Philip Johnson's Peace Chapel in Dallas Opens

Peace Prize!
The new Philip Johnson-designed Interfaith Peace Chapel in Dallas pushes the boundaries of engineering, design, and faith.

Text by Rebecca Sherman
Photos Courtesy of the Cathedral of Hope

Eleven years ago when architect Philip Johnson conceived the design for Dallas' Interfaith Peace Chapel, the technology to build it didn't exist. The money wasn't there either. Years would pass before the computer programs needed to model Johnson's progressive design were developed, and in a leap of faith, fundraising continued for the sanctuary's $3.8 million price tag.

When the chapel finally opened earlier in this month on the Cathedral of Hope's grounds on Cedar Springs Road in Dallas, it was hailed as one of Johnson's most creative, if not confounding achievements.

"The geometry of the building has been very challenging," says Gary Cunningham, principal of Cunningham Architects, hired in 1999 to help bring the chapel to life. Johnson, a Pritzker Prize-winning architect best known for his Glass House in New Canaan, CT, and the Amon Carter Museum in Fort Worth, died in 2005 at 98. Cunningham has continued to work closely with Johnson's business partner, Alan Ritchie.

"When Philip dreamed up the chapel in 1995, the technology wasn't there yet to build it," says Cunningham. "Philip literally drew it with his hands at first, and John Manley, who worked with him from day one, sculpted a model from the drawings, giving birth to the shape."

A feat of engineering, the chapel's undulating walls and ceiling warp and bend back onto themselves, eliminating all right angles and parallel lines. "The generation of computer programs we had until a few years ago could not have handled the complexity of this design," says Cunningham, who hired international engineering firm Thornton Tomasetti to carry out the building's intricate structural steel frame. The walls are defined and cut with the aid of computers.

An inch of concrete stucco sheathes the frame, and six inches of concrete insulate the roof, helping to keep the sanctuary quiet despite its proximity to Love Field. Its inside walls are sheetrock covered in a thin layer of tinted clay from Arizona, similar in look to Italian plaster but greener. The special clay mix, developed by Cunningham Architects, "actually improves the air quality in the room. When dust hits the walls, ions attach to them and make them fall flat to the ground," explains Cunningham. Johnson specified simple, common materials that wouldn't detract from the serenity of the space, including ground, polished concrete on the floors, walnut doors, glass, and LED lights. A single skylight illuminates the area of worship, and its electricity comes from wind generated power which the church purchases.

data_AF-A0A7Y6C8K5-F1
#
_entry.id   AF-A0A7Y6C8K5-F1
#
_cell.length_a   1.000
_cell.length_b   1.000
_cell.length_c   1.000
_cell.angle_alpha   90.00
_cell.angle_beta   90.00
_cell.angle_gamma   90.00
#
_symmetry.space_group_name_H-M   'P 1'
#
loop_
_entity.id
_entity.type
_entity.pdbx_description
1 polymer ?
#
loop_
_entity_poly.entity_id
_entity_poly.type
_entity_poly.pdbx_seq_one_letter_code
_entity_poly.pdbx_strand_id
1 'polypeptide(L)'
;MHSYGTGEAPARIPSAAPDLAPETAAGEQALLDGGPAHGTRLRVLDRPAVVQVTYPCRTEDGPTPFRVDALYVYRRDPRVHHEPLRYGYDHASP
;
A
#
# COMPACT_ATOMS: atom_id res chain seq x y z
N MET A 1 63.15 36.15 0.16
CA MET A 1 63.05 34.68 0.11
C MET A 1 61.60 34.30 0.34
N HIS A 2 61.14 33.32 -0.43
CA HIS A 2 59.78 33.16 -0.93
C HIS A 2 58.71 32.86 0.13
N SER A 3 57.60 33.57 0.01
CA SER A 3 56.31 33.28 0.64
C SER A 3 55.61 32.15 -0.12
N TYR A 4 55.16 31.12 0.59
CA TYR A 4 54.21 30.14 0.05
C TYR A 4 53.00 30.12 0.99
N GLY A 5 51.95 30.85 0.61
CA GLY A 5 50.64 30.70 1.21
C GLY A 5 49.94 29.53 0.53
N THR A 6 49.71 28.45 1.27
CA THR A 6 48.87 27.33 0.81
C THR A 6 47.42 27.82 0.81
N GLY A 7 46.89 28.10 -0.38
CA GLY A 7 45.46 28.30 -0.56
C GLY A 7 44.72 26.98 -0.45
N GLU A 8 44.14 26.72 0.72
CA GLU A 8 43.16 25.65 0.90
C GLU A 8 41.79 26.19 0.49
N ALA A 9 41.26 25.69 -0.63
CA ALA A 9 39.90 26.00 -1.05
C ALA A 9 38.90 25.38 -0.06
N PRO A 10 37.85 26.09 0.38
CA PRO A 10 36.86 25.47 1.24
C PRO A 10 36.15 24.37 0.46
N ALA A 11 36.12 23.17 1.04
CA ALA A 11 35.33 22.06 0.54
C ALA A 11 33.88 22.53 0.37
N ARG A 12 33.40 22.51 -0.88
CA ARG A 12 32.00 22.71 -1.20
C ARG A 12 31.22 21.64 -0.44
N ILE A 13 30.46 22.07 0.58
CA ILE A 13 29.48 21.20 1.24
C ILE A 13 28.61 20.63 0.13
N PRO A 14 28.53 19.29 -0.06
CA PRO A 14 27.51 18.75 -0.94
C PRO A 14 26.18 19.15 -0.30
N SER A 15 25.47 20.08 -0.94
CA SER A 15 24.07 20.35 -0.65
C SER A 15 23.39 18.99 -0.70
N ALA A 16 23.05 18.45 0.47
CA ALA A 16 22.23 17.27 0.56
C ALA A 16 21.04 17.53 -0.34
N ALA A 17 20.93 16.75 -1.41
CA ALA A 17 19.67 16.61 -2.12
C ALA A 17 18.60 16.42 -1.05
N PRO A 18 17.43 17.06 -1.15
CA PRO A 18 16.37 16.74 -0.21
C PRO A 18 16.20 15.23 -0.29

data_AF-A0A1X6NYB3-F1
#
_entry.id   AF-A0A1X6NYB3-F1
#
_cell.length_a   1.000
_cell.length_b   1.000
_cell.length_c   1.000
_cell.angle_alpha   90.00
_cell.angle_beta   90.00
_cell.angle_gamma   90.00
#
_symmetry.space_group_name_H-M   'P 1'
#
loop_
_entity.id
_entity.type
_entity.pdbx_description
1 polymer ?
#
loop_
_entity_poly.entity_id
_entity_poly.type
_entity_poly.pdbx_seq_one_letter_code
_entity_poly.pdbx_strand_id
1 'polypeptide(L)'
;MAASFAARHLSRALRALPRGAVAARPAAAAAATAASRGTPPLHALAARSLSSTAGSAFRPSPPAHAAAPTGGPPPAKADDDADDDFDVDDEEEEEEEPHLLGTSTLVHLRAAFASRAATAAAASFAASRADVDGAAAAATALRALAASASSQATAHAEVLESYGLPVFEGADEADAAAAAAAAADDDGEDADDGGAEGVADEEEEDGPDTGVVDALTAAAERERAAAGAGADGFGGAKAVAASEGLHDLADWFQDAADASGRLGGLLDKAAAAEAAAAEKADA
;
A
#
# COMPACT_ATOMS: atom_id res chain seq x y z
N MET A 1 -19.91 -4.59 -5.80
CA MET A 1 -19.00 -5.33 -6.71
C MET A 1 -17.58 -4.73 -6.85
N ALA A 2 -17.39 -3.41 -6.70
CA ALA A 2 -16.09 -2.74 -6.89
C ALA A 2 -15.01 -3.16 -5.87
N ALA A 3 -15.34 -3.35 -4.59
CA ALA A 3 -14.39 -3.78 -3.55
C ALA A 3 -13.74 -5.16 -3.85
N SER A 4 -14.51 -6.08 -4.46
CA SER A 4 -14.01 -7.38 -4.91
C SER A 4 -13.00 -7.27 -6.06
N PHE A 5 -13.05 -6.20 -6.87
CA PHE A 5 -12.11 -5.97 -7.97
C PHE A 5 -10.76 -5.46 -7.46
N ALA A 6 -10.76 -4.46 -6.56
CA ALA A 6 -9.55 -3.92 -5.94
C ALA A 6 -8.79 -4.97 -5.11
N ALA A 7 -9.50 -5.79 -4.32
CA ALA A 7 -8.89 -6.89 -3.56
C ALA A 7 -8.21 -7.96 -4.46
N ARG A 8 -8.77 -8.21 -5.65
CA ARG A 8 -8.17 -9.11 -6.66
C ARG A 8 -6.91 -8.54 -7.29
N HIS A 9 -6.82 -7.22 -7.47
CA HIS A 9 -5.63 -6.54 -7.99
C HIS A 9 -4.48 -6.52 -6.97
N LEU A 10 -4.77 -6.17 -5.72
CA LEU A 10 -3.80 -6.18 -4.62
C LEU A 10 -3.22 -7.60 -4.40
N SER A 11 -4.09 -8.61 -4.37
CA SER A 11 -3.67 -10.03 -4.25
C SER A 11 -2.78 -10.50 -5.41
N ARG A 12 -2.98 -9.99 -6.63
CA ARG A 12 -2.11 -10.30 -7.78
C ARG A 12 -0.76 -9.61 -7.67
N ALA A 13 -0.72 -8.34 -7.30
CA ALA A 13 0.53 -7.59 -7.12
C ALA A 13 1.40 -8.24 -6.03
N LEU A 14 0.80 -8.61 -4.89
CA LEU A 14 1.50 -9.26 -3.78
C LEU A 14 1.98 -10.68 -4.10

"It's been a tough job. Tough to keep it in budget, tough to get it built," says Cunningham. "A lot of people have gone beyond expectations, like the glass guys trying to deal with funny shaped pieces of glass you can't even draw, and the (plasterers) trying their best to do perfectly shaped walls even though it seems impossible."

The Cathedral of Hope, a congregation of the Church of Christ, has a predominantly gay and lesbian membership led by Rev. Jo Hudson, its rector and senior pastor. The chapel is designed to be open to all faiths. "This is still Texas, and there are people out there who have issues with homosexuality," says Cunningham. "But across the board, it's never been an issue with the building of this church. A lot of people came together to make it happen."

Philip Johnson, who was open about his own homosexuality, would have been proud of the building he called his greatest achievement. In one of his last interviews before his death, Johnson said, "This is a building I've waited all my life to build. It will be my memorial."

My article about the Interfaith Peace Chapel also appears in the current issue of Modern Luxury, turn to page 64.

Watch one of Philip Johnson's final interviews, as he talks about the Peace Chapel: